cf tho Constitutional Co vention.
'Lute" is a clever fellow, and will make
a first-class secretary.
There, we expected "Frank" (Fraiik
S. White) would do just some such
thing, but he has been a long time about
it. lie took to hime'f a lib this mim
ing, and feeling kindly to all mankin 1.
and especially the printers, he furni-I.c 1
the Herald outfit with a bountiful
supply cf refreshments for the inner
man. Frank and his bride his our
best wishes.
We understand o r friend Thomas in
tends opening a first class jewelry store
at Waterloo City in a few days. He ha?
purchased his first installment of "inde
pendent movement, back action, 18
carrat, sun correcting time keeper" of
Davis Sc Bice, in Major White's new
building, who had them imported especi
ally for their use. Ahem !
The Omaha Tribune & Republican of
this morning announces that Gen. S. A.
Strickland was cho-en President of the
Constitutional Convention j-esterdaj af
ter a sharp contest, in which Judge 31a
son was hi.s principal competitor. Gen.
Strickland will make an excellent pre
siding officer.
Mr.. James Clayton, an employee of
the B. & 31. B. B , is the inventor of a
new wrought iron fence, whieh he thinks
will be much more durable, and about as
cheap, as wooden fence. It is peculiar
ly adap ed for movable fences, and can
be taken up or put down in a abort space
of time.
Married, to-day, at the residence of
the bride's brother-in-law, 3Ir. Wm.
Edgerton, by Bev. II. St. G. Young. F.
S. White, Esq., of this city, and 3Irs.
Diana Edsrerfon, of Indiana.
The hsppy pair proceeded to Omaha
where Frank expects to be awarded the
highest admiration for his bcautful
flower, the Diana rose.
Wc expect so too.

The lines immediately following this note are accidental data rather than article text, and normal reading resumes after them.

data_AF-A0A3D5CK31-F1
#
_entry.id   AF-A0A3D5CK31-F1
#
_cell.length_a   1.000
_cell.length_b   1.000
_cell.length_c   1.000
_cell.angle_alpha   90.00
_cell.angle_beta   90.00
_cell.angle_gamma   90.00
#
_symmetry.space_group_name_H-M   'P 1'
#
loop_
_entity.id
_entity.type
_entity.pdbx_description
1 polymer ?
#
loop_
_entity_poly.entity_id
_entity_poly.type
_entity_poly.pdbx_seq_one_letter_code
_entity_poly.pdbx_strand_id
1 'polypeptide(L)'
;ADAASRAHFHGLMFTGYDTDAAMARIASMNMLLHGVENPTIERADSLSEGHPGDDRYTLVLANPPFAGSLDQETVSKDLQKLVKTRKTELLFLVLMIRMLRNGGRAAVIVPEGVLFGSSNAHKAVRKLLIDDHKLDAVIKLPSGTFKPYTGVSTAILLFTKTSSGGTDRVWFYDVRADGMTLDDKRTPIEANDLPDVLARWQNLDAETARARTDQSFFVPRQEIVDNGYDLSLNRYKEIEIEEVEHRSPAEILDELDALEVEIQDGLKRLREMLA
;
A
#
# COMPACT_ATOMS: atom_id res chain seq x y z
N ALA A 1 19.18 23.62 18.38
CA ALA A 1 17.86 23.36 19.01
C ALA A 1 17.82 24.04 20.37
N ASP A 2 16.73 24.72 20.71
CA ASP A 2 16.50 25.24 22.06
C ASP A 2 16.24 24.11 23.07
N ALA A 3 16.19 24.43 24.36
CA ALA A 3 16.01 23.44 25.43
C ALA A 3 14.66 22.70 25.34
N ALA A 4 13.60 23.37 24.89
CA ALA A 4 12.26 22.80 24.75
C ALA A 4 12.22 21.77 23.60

We have just ha'k several valuable
tract' of land and town lots placed in
our hands for sale at a fair price, and
long credit. Persons wishing to pur
chas will do well to call and see us.
je3dw2w Barnes & PoLLOek.
By request there will be a meeting of
the German citizens of Pialtstuouth. at
Guthman's II all, Friday, June 16th,
1871 important busiuess.
A. Beiniiackel.
House to Bent. The Episcopal
Rectory can be rented by applicat on to
the Wardens. ap20dtf
We import direct, our Flowering
Bulbs from Holland and Germany.
Thoso wishing something choica for
planting the coming fall, will send in
their order at once.
Fi'rnas Sons & Co. ,
ill?. Neb.
Organization of (he Constitnt lonnl
Coil venlioti.
Special to th HeraM.
Lincoln, June 14.
The Constitutional Convention was
called to order at 2 p. m., yesterday, by
Hon.' S. M. Kirkpatriek, of Cas.
McCann, of Otoe, wa, by acclamation,
chosen temporary President ; L. E.
Cropey and II. M. Judson, temporary
Fifty members were present. Ab
sentees Wakeley and Bobiuson.
On the first ballot for permanent Presi
dent, Mr. Strickland received 20, Mason
18, Thomas 7, scattering 10.
The second ballot resulted : Strickland
26, Mason, It5, scattering 7.
L. L. Holbrook was elected Secretary
by 2'5 votes; Assistant Secretary, L. E
Cropsey; Sergeant-at-Arms, E. L. Clark,
Jr., of Seward.
Col 'IMioeioii" IIYVfirl Hiiiippcars,
nn:l tiin !o(iiii: i IoiiikI oh
llio I'milts of fiic Il:i!tc.
Howard, a well known newspa
per correspondent, and one of the ofiie'ial
reporters of the recent Impeachment
trial, started from Omaha for Lincoln
last Monday, connecting with the even
ing train west on the B. Sc 31.. It seems
that he has been in the habit of "
bcating" it over this road for some time,
until forbearance on the part of conduc
tors had ceased to be a virtue, and con
ductor Sireppard demanded that he
should cither pay his fare or leave the
train. He tried to borrow money to pay
his fare from several acquaintances who
were on the train, among them severa
other correspondents who were on their
way to Lincoln to attend the Constitu
tional Convention. He was refused by
each of them, and they commenced in a
peculiar style, to advise him as to what
he should do under the circumstances
some telling him he should go at once
and hang himself, others that it would